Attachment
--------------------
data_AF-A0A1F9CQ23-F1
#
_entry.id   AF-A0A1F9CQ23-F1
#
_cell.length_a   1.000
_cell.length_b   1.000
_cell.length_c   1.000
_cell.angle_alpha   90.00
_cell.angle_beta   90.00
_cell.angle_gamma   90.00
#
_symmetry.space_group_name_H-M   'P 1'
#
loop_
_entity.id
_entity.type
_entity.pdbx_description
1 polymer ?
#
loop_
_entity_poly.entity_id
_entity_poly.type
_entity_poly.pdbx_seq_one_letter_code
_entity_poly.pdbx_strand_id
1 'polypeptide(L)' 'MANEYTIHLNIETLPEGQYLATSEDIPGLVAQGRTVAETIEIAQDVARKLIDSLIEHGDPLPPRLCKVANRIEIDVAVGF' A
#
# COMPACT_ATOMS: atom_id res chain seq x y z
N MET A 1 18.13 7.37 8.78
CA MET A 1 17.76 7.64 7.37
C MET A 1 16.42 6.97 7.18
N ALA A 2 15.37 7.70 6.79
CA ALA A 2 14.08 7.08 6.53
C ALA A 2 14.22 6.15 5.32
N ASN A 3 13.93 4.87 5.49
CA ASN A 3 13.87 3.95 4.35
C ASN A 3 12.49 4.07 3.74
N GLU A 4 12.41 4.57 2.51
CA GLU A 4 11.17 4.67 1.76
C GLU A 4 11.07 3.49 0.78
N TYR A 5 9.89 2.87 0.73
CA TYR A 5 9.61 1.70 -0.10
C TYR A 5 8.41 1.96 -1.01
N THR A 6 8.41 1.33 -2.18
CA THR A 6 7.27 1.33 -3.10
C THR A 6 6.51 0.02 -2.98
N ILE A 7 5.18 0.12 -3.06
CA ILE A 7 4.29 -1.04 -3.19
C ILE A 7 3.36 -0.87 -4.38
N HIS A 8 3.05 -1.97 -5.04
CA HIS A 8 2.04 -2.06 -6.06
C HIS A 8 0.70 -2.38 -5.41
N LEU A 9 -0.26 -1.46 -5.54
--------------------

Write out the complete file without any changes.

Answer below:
data_AF-A0A1F9CQ23-F1
#
_entry.id   AF-A0A1F9CQ23-F1
#
_cell.length_a   1.000
_cell.length_b   1.000
_cell.length_c   1.000
_cell.angle_alpha   90.00
_cell.angle_beta   90.00
_cell.angle_gamma   90.00
#
_symmetry.space_group_name_H-M   'P 1'
#
loop_
_entity.id
_entity.type
_entity.pdbx_description
1 polymer ?
#
loop_
_entity_poly.entity_id
_entity_poly.type
_entity_poly.pdbx_seq_one_letter_code
_entity_poly.pdbx_strand_id
1 'polypeptide(L)' 'MANEYTIHLNIETLPEGQYLATSEDIPGLVAQGRTVAETIEIAQDVARKLIDSLIEHGDPLPPRLCKVANRIEIDVAVGF' A
#
# COMPACT_ATOMS: atom_id res chain seq x y z
N MET A 1 18.13 7.37 8.78
CA MET A 1 17.76 7.64 7.37
C MET A 1 16.42 6.97 7.18
N ALA A 2 15.37 7.70 6.79
CA ALA A 2 14.08 7.08 6.53
C ALA A 2 14.22 6.15 5.32
N ASN A 3 13.93 4.87 5.49
CA ASN A 3 13.87 3.95 4.35
C ASN A 3 12.49 4.07 3.74
N GLU A 4 12.41 4.57 2.51
CA GLU A 4 11.17 4.67 1.76
C GLU A 4 11.07 3.49 0.78
N TYR A 5 9.89 2.87 0.73
CA TYR A 5 9.61 1.70 -0.10
C TYR A 5 8.41 1.96 -1.01
N THR A 6 8.41 1.33 -2.18
CA THR A 6 7.27 1.33 -3.10
C THR A 6 6.51 0.02 -2.98
N ILE A 7 5.18 0.12 -3.06
CA ILE A 7 4.29 -1.04 -3.19
C ILE A 7 3.36 -0.87 -4.38
N HIS A 8 3.05 -1.97 -5.04
CA HIS A 8 2.04 -2.06 -6.06
C HIS A 8 0.70 -2.38 -5.41
N LEU A 9 -0.26 -1.46 -5.54